San Francisco Chronicle

College weighs housing students on barge

- By Michael Cabanatuan Reach Michael Cabanatuan: mcabanatua­n@sfchronicl­; Twitter: @ctuan

In an effort to confront a serious student-housing shortage, Cal Poly Humboldt officials are considerin­g creating rooms inside a floating barge anchored in Eureka, about 8 miles from the university’s Arcata campus.

The unusual proposal is in its early stages, but the studenthou­sing shortage at the university is well establishe­d, with packed dorms and the university placing some students in hotels.

The new, floating housing could anchor in Eureka as soon as this fall, in time for the next school year. It would house students for an undetermin­ed period until new housing could be built in Arcata and Eureka.

Grant Scott-Goforth, a Cal Poly Humboldt spokespers­on, said floating housing is among a number of ideas the university is considerin­g as it struggles to increase the supply of student housing with a growing student population.

“The university has been looking into many creative solutions to provide additional high-quality and affordable housing for students,” he said. “The idea of floating apartments or studios is one of many possibilit­ies the University has been exploring. This is preliminar­y at this point.”

Miles Slattery, city manager of Eureka, where the dorm on a barge would be anchored at one of two sites, told The Chronicle the city has been working with the university and regulatory agencies to locate an existing vessel that could house more than 600 students and would include a dining hall, recreation areas and possibly decks. It would be anchored near the city’s Old Town area, which features shops, restaurant­s and a museum, some in historic Victorian houses.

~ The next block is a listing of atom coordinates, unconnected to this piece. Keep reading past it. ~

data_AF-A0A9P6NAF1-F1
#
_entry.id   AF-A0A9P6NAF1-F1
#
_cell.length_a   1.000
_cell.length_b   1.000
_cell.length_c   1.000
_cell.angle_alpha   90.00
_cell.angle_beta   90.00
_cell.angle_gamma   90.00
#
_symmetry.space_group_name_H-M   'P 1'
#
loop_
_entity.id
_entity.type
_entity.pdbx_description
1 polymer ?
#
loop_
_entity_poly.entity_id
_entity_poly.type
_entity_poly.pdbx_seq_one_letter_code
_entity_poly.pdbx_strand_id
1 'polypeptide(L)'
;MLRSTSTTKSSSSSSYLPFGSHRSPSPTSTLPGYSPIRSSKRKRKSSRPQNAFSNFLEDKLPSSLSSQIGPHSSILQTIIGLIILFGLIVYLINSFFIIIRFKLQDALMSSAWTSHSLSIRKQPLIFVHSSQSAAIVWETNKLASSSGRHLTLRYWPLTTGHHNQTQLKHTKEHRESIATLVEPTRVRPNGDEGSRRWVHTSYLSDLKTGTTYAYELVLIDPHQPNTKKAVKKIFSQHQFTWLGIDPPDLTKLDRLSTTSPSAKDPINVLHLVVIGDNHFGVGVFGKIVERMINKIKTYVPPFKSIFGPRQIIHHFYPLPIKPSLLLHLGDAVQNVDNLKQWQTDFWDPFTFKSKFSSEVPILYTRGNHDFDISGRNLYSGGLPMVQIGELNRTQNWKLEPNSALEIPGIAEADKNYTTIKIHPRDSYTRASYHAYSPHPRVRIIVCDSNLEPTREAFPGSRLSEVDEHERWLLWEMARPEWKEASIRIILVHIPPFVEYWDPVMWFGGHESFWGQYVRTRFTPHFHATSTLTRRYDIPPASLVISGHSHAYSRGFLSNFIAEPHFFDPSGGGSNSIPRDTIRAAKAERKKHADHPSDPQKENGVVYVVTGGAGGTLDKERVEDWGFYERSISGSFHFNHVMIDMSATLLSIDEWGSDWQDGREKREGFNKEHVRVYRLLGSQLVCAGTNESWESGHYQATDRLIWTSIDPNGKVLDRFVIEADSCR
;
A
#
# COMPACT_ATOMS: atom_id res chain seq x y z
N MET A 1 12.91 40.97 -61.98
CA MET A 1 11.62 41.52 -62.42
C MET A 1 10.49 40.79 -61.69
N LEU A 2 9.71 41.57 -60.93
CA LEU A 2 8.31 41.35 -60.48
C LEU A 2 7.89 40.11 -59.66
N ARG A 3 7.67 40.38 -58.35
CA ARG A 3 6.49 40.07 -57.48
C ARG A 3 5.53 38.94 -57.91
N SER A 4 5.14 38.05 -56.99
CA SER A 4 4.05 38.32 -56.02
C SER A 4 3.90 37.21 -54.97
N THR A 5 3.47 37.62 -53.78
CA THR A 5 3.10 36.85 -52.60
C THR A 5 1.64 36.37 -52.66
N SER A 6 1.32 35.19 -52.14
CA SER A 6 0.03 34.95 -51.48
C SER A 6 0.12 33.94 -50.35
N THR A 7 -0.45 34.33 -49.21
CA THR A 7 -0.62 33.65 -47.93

A cruise ship was initially considered, Slattery said, but the ships ride lower in the water, making it more troublesom­e to anchor in Eureka’s harbor, and lack the ability to have sewage pumped as frequently as needed.

So authoritie­s started looking at floating accommodat­ions, sometimes referred to as “floatels” like the ones used to house offshore workers near oil rigs and wind-power projects. During the pandemic, two were used in Singapore to quarantine people with coronaviru­s.

But some students have objected to the plan, referring to the floating dorm ideas as “a prison boat,” Slattery said.

“I don’t get why some people are calling it a prison boat,” he said. “The facilities are amazing. I went to Humboldt State and lived in the dorms. I’d prefer to live in this. The idea that this is somehow undesirabl­e seems odd. I’d live there – even at 53.

Slattery told the Lost Coast Outpost, the first media outlet to report the story, that the largest floating dorm under considerat­ion would be 82 feet wide and 320 feet long and have about 330 rooms, with two students per room.

Student housing at the North Coast campus has been an issue for decades, even as the university’s enrollment languished. But since Gov. Gavin Newsom made Humboldt the state’s third Cal Poly campus in 2022, stressing hands-on education with a focus on technology and science, the number of students is expected to grow.

“As in many areas of California, there are simply not enough housing options available either on campus or in the community,” Scott-Goforth said.

 ?? Cal Poly Humboldt ?? Cal Poly Humboldt officials are considerin­g housing students on a floating barge near campus.
Cal Poly Humboldt Cal Poly Humboldt officials are considerin­g housing students on a floating barge near campus.

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